the Food and Drug Administration (FDA) and being carried out by the 
NHLBI REDS-III program will assess attitudes and behaviors of MSM 
toward current and possible future blood donation policies. This study 
is specifically designed to examine whether MSM comply with the current 
deferral criteria and whether MSM would be likely to comply with 
potential different deferral criteria.

Information Requested

    HHS is interested in obtaining information about the design, 
logistics and feasibility of a pilot operational study to assess 
alternative blood donor acceptance criteria for MSM. Specifically, HHS 
requests information from private and public sector stakeholders 
regarding potential pilot operational study designs, including 
innovative and cost effective approaches to evaluate alternative blood 
donor acceptance criteria for MSM.
    Input is requested for the following:
    (1) Candidate acceptance criteria for a pilot operational study 
that would permit blood donation by MSM. For example, MSM with one year 
or five years of abstinence from sex with other men, or other criteria, 
subject to study designs with additional safeguards.
    (2) Possible study designs that would generate useful information 
regarding the safety of candidate acceptance criteria while maintaining 
current levels of blood safety during the pilot study. Possibilities 
might include but are not limited to the following:
(a) Pre-donation Donor Testing
    In a pre-donation testing strategy, MSM who are presently deferred,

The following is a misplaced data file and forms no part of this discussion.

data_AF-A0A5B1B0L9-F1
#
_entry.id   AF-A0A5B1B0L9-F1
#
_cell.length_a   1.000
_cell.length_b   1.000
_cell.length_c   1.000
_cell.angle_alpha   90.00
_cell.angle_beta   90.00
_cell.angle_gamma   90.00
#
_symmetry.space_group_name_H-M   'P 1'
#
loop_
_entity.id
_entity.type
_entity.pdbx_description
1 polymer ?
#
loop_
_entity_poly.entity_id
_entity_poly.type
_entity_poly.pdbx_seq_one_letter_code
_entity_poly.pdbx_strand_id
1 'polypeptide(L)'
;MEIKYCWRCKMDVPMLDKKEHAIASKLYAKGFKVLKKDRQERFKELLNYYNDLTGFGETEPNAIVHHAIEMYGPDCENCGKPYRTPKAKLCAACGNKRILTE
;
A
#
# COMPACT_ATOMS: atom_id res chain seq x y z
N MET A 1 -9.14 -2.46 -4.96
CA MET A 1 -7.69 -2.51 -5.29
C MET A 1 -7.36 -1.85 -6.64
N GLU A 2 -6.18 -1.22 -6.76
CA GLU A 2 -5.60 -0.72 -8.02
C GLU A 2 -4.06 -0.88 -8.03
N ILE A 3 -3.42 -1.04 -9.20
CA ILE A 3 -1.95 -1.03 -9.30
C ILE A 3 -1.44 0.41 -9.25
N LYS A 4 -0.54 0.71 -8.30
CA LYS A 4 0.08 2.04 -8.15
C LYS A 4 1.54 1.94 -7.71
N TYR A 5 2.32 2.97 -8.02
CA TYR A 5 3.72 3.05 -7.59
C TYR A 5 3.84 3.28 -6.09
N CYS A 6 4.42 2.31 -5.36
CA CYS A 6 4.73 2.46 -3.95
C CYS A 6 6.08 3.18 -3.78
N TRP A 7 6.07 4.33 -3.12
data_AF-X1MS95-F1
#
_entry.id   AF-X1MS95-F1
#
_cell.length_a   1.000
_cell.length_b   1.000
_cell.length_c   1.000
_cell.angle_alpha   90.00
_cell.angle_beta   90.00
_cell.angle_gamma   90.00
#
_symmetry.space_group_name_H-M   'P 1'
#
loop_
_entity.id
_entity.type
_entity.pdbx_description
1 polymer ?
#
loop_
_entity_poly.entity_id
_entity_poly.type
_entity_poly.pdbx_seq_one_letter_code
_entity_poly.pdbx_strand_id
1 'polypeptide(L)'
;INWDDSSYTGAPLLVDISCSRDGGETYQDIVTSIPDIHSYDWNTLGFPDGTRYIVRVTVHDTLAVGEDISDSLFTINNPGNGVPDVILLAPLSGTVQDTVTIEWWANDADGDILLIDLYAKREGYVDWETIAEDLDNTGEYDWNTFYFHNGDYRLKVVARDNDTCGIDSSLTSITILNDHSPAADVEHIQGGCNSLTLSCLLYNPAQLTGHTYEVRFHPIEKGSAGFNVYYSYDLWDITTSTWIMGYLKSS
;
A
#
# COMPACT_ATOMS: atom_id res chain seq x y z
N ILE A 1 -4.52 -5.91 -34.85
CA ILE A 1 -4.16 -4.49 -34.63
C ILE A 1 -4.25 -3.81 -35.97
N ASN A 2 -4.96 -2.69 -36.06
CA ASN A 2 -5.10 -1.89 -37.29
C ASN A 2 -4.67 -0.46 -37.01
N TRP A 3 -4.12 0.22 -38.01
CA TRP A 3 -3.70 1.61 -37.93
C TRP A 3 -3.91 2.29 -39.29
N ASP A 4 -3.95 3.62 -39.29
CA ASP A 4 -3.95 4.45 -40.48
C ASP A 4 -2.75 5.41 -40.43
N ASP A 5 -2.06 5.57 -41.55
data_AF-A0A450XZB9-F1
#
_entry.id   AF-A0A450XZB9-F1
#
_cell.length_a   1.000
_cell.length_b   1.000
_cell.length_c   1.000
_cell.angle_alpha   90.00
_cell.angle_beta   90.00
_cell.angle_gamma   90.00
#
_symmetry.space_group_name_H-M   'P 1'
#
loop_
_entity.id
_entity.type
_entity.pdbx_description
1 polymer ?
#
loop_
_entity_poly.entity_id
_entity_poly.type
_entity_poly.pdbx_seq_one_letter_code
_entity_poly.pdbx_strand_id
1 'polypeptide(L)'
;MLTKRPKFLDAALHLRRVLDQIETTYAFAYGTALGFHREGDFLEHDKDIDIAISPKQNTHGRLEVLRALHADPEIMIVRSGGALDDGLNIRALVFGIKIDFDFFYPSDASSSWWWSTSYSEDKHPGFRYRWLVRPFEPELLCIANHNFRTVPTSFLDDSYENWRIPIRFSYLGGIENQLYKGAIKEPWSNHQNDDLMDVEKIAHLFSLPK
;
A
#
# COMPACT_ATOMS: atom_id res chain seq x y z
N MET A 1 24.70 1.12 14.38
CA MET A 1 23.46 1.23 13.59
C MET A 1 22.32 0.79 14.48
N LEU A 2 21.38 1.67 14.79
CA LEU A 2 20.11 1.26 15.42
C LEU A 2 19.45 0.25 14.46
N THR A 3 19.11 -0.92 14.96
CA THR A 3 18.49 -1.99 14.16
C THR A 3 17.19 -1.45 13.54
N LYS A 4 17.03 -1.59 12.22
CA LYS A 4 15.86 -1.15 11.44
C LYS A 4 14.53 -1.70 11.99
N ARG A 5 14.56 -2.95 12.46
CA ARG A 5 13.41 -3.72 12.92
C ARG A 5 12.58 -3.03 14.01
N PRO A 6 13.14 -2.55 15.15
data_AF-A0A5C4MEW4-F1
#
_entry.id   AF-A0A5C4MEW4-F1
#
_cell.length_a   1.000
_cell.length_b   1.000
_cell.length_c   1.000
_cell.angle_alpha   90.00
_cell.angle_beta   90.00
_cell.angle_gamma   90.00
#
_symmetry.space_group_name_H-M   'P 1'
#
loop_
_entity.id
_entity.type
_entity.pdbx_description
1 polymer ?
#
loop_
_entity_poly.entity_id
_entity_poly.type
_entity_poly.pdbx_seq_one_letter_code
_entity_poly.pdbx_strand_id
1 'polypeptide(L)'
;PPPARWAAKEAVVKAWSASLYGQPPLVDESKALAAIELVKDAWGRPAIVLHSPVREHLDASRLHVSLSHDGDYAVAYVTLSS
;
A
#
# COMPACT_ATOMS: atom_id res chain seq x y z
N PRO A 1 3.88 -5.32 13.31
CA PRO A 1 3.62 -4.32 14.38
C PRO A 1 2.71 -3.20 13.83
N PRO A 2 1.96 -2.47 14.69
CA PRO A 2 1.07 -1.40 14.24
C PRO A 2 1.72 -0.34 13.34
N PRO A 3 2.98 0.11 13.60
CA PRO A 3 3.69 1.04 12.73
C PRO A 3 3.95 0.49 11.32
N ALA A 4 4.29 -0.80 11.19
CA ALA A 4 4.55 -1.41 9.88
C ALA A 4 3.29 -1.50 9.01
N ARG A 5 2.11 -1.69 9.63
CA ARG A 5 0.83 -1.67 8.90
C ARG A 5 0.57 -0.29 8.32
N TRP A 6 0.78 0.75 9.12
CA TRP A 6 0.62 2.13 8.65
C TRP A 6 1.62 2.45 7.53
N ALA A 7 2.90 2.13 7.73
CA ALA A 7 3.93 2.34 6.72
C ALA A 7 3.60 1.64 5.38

but who would be eligible to donate during the pilot operational study 
under modified acceptance criteria would be screened for donation with 
the candidate modified criteria and have a blood sample drawn for 
standard donor screening,\6\ and potentially, additional tests at their 
first session in a blood collection center. They would not be permitted 
to donate a unit of blood at that time. MSM donors who meet all other 
donor eligibility criteria, and have negative pre-donation test 
results, would be invited to return within a defined period, at which 
time standard donor screening and testing would be performed and blood 
for use in transfusion would then be collected.

    \6\ Current tests include Antibody to HIV-1 and -2 (Anti-HIV-1, 
-2), HIV-1 RNA (HIV-1 NAT), Antibody to HCV (anti-HCV), HCV RNA (HCV 
NAT), Antibody to HTLV-I and -II (Anti-HTLV-I/II), Hepatitis B 
Surface Antigen (HBsAg), Antibody to Hepatitis B Core Antigen (Anti-
HBc), West Nile Virus RNA (WNV NAT), Antibody to Trypanosoma cruzi 
(Chagas' disease), and a serologic test for syphilis.

    A pre-donation testing strategy would focus on the prevalence of 
HIV and other transfusion-transmissible infections in the MSM 
population. Infected donors would be identified and deferred based on 
prescreening results. Quarantine release errors (QREs) would be